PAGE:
After a day of intense debate yesterday the KCMO City Council finally agreed on and unanimously approved an infrastructure program to send to voters on April 4th. Despite heavy pressure from the highway builders for a roads-first approach, the final plan that emerged yesterday has the potential to be transformational for walking, biking, and neighborhood quality of life.
BikeWalkKC spent much of 2016 working on this issue with diverse coalition of community partners that included neighborhood leaders, The Whole Person, Hope Faith Ministries, the Mattie Rhodes Center, and the Front Porch Alliance. Strong leadership inside City Hall included Mayor Sly James, City Manager Troy Schulte, and Councilmembers Scott Wagner, Jolie Justus, Kevin McManus, and Scott Taylor.
1. $150 million for neighborhood sidewalks
Repair and replace sidewalks in residential areas not on the main streets, mostly in front of individual homes. This will provide $7.5 million a year in brand new funding for sidewalks. BikeWalkKC is working with city leaders to develop a process for prioritizing sidewalk repairs over the next 20 years, focusing on criteria like poverty, access to bus stops, and Safe Routes to School. $150 million is a small but important first step towards the city’s $1 billion sidewalk backlog.
2. Sidewalk funding policy change
The city will take over a significant portion of the cost of sidewalks, lifting a big burden off of homeowners – especially those on lower or fixed incomes. Homeowners currently paying assessments on sidewalks repairs will have that debt forgiven. This is a fundamental shift in philosophy and policy.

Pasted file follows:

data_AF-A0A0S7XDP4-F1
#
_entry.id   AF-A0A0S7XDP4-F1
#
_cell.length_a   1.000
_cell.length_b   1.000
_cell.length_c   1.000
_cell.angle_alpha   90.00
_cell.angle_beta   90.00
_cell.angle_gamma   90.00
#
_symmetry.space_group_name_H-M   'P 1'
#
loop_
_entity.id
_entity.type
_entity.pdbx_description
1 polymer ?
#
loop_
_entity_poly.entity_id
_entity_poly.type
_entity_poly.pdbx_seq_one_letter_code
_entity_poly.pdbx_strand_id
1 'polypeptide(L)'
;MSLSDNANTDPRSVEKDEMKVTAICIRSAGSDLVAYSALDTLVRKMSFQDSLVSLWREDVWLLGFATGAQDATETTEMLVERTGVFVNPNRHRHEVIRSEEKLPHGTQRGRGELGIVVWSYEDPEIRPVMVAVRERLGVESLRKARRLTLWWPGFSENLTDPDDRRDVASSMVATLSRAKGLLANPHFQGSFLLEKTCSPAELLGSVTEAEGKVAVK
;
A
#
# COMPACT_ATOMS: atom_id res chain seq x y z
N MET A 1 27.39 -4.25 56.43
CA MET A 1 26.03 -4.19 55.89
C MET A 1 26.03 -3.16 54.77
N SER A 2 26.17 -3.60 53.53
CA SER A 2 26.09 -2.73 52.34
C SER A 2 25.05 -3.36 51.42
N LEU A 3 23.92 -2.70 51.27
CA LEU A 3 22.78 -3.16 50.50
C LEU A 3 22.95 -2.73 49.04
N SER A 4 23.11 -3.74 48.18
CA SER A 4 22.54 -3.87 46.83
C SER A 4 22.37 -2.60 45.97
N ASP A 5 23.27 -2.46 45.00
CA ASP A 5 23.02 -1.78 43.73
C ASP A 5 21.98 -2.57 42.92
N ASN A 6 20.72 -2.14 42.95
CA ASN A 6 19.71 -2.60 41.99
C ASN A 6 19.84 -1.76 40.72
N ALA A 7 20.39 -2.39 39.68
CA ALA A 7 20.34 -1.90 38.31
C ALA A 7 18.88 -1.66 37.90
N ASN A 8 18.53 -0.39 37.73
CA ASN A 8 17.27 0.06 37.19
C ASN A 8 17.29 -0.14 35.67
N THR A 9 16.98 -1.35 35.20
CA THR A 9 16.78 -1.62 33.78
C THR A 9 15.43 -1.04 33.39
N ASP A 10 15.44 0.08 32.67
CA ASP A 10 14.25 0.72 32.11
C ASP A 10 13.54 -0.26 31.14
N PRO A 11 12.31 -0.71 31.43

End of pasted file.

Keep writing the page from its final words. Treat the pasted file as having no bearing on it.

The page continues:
3. $450 million for street repairs, including Complete Streets
Dozens of main arterial streets will be repaired, resurfaced, or rebuilt. This work will include repair of adjacent sidewalks on the main roads, and the inclusion of bike lanes on many streets. Most of this money will be spent on repairing existing streets. Only a couple new streets are on the list of potential projects.
4. ADA Improvements
Both city streets and public buildings like community centers and parks will get additional funds to speed up the city’s compliance with the Americans with Disabilities Act, improving mobility for people of all abilities.
5. Workforce development
Construction projects in this program will include significant job training and workforce development opportunities for local residents, following the model recently established when the construction of new sidewalks at Maplewood Elementary trained new workers in the construction trades. The sidewalk projects in particular will have a positive impact on small, family, and women/minority owned construction companies.
Other parts of the plan include flood control improvements, a new animal shelter, and other improvements to city buildings.
KCMO voters will decide April 4th for a small property tax increase to fund the infrastructure program. In the coming weeks an election campaign will kick off and we will start hearing more details about the plan. City staff and council members will likely be visiting neighborhood associations and other groups to talk about the plan and the election. Contact us at email@example.com if you hear about a presentation or have questions.